I shall dwell therefore on more mundane and practical mattersnot least, colleagues will be unsurprised to know, those involving our capital city, where the issue is live and in respect of which I have a particular responsibility. May I identify, then, the three headings which have emerged from the debate and which I want to reinforce? First, we have provided for duties of local
Secondly, we must spend as much time as we need in Committee on the definition and extent of the emergency and the emergency powers. The right hon. and learned Member for Sleaford and North Hykeham (Mr. Hogg) made the point well that a triple lock that is subject to a single person's subjective view is a triple lock in name only. If we are to have real locks and real safeguards, we need different people to have the keys to those different locks. Parliament is meant to be a key that locks and unlocks powers and unleashes them in relation to the general public.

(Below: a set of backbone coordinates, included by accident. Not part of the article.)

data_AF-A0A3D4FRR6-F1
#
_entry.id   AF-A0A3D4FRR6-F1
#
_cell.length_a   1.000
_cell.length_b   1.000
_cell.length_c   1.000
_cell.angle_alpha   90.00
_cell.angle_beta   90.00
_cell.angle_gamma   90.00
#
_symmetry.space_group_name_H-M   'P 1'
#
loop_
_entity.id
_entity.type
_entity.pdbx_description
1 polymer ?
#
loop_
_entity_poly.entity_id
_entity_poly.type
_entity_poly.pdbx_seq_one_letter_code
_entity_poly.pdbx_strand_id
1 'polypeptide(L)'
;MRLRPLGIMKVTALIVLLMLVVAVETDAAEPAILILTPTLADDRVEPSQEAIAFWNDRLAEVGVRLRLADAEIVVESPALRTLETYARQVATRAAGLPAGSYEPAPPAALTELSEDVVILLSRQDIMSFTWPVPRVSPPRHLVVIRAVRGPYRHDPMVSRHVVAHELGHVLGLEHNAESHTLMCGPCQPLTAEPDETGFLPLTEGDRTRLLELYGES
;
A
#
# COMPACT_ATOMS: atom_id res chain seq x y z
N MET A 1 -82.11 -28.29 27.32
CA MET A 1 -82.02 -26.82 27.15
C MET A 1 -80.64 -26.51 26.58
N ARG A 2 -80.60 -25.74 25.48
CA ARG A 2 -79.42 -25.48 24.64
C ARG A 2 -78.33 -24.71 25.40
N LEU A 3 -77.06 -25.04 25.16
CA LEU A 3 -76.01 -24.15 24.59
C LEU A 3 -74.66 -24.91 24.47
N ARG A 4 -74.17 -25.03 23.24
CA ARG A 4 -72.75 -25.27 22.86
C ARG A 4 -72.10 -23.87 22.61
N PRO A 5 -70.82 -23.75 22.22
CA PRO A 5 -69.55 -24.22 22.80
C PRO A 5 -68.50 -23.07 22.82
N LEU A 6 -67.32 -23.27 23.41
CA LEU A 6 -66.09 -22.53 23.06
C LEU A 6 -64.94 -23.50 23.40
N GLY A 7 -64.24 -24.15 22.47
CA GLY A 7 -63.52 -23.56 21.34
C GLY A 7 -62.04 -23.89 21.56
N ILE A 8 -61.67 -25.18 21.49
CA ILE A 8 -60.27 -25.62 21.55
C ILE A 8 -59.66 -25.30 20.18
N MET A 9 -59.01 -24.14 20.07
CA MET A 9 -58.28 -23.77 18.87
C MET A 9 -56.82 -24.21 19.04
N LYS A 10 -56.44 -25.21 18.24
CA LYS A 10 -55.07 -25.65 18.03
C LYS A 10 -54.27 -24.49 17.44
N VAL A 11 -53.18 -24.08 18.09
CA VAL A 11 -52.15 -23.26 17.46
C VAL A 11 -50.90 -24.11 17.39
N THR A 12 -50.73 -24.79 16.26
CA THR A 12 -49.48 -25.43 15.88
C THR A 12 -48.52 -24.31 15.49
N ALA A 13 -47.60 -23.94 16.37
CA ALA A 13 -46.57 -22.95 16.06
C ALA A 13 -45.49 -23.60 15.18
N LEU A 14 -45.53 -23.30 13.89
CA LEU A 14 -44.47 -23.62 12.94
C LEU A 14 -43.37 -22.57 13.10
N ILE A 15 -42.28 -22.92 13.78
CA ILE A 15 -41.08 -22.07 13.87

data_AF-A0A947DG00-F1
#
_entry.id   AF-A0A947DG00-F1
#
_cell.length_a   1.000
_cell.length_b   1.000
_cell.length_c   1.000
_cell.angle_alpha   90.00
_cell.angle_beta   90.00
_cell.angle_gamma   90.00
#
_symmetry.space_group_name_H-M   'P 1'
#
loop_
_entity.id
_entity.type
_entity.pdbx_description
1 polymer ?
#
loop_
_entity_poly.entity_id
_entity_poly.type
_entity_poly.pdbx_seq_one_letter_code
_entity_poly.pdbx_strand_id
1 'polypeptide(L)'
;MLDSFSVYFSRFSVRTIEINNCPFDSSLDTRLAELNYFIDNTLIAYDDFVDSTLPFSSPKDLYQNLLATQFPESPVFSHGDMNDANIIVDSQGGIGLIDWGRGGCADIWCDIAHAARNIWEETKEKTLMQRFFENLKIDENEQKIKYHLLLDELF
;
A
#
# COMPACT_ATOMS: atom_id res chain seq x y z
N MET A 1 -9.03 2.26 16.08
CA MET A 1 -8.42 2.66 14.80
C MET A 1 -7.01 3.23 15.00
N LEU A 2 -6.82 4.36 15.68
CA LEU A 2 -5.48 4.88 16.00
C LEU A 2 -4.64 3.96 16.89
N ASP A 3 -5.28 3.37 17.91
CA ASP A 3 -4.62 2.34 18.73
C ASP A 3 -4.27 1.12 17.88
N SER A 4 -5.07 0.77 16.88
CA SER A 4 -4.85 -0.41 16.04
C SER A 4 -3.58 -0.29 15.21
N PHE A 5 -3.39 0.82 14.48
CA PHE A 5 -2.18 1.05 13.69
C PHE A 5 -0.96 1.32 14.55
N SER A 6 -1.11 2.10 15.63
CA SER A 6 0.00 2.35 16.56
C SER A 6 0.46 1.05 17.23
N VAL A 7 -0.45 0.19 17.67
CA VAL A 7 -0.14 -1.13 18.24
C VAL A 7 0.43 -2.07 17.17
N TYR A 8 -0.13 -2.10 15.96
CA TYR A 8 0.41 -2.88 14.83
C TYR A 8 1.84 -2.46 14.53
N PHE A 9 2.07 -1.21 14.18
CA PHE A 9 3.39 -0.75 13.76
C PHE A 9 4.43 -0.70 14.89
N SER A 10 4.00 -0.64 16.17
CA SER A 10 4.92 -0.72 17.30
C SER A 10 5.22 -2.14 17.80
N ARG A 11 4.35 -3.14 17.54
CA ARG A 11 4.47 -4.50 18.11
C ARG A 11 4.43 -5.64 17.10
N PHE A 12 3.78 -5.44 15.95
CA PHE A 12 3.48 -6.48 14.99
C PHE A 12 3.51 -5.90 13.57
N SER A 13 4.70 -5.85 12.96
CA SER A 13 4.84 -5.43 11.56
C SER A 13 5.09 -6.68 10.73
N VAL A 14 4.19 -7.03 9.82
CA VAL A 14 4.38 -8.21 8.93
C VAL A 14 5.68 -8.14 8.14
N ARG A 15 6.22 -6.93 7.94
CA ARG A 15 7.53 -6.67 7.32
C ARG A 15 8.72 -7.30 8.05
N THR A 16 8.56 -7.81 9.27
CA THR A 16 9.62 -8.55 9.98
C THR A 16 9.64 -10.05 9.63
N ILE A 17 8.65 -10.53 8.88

What is the test of what we should do as a country and as a capital city in terms of emergency planning and civil defence? Of course, the public service and the voluntary services should be properly prepared, but also the public need to be informed so that they can be alert but not alarmed. Those of us who live and work in or represent the United Kingdom's capital city are conscious that ours is not by any means the only prospective target or area where these matters are relevant, but this is, by definition, the most important place, as well as the most vulnerable.
London is the city with the monarch, the Government, Parliament and the civil service. It has the greatest concentration of business and financial interests. Those are self-evident, but the city is also the tourism centre of the UK. In many ways, London is the gateway to Europe. Since last Thursday, it is also a bid city for the Olympic games. Security is highly relevant to ensuring that the Olympic games bid succeeds, as we remember from the Munich games and unhappy events in the past.